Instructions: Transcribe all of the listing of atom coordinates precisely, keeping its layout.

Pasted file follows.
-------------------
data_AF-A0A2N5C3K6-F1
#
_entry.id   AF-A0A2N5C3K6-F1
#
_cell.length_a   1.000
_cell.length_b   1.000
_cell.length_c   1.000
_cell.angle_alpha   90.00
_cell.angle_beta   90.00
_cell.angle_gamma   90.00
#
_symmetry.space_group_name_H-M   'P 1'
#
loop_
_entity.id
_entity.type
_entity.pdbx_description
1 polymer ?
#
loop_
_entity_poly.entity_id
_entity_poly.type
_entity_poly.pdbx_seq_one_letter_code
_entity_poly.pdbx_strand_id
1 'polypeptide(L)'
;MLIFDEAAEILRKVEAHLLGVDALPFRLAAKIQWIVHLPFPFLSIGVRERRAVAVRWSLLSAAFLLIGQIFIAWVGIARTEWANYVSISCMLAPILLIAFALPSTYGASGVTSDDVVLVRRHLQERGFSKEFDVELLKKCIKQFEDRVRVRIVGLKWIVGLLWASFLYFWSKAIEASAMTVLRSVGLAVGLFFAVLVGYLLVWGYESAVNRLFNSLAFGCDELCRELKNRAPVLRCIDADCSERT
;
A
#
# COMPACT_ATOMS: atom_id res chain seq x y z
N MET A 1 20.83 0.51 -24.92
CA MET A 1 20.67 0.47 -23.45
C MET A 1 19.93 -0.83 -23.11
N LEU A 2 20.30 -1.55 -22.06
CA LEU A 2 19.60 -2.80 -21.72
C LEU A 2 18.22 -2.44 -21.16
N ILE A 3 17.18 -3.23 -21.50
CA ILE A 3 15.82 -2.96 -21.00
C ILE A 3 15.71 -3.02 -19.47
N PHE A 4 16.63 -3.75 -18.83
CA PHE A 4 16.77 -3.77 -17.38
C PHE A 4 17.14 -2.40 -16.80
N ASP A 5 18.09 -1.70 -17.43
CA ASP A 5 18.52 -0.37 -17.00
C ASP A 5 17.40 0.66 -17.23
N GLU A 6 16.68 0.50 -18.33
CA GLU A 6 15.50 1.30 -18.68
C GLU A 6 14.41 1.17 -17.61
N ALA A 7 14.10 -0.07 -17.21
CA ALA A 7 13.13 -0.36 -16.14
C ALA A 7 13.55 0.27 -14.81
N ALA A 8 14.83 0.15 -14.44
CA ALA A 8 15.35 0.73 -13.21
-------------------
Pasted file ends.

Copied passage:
data_AF-A0A2N5C3K6-F1
#
_entry.id   AF-A0A2N5C3K6-F1
#
_cell.length_a   1.000
_cell.length_b   1.000
_cell.length_c   1.000
_cell.angle_alpha   90.00
_cell.angle_beta   90.00
_cell.angle_gamma   90.00
#
_symmetry.space_group_name_H-M   'P 1'
#
loop_
_entity.id
_entity.type
_entity.pdbx_description
1 polymer ?
#
loop_
_entity_poly.entity_id
_entity_poly.type
_entity_poly.pdbx_seq_one_letter_code
_entity_poly.pdbx_strand_id
1 'polypeptide(L)'
;MLIFDEAAEILRKVEAHLLGVDALPFRLAAKIQWIVHLPFPFLSIGVRERRAVAVRWSLLSAAFLLIGQIFIAWVGIARTEWANYVSISCMLAPILLIAFALPSTYGASGVTSDDVVLVRRHLQERGFSKEFDVELLKKCIKQFEDRVRVRIVGLKWIVGLLWASFLYFWSKAIEASAMTVLRSVGLAVGLFFAVLVGYLLVWGYESAVNRLFNSLAFGCDELCRELKNRAPVLRCIDADCSERT
;
A
#
# COMPACT_ATOMS: atom_id res chain seq x y z
N MET A 1 20.83 0.51 -24.92
CA MET A 1 20.67 0.47 -23.45
C MET A 1 19.93 -0.83 -23.11
N LEU A 2 20.30 -1.55 -22.06
CA LEU A 2 19.60 -2.80 -21.72
C LEU A 2 18.22 -2.44 -21.16
N ILE A 3 17.18 -3.23 -21.50
CA ILE A 3 15.82 -2.96 -21.00
C ILE A 3 15.71 -3.02 -19.47
N PHE A 4 16.63 -3.75 -18.83
CA PHE A 4 16.77 -3.77 -17.38
C PHE A 4 17.14 -2.40 -16.80
N ASP A 5 18.09 -1.70 -17.43
CA ASP A 5 18.52 -0.37 -17.00
C ASP A 5 17.40 0.66 -17.23
N GLU A 6 16.68 0.50 -18.33
CA GLU A 6 15.50 1.30 -18.68
C GLU A 6 14.41 1.17 -17.61
N ALA A 7 14.10 -0.07 -17.21
CA ALA A 7 13.13 -0.36 -16.14
C ALA A 7 13.55 0.27 -14.81
N ALA A 8 14.83 0.15 -14.44
CA ALA A 8 15.35 0.73 -13.21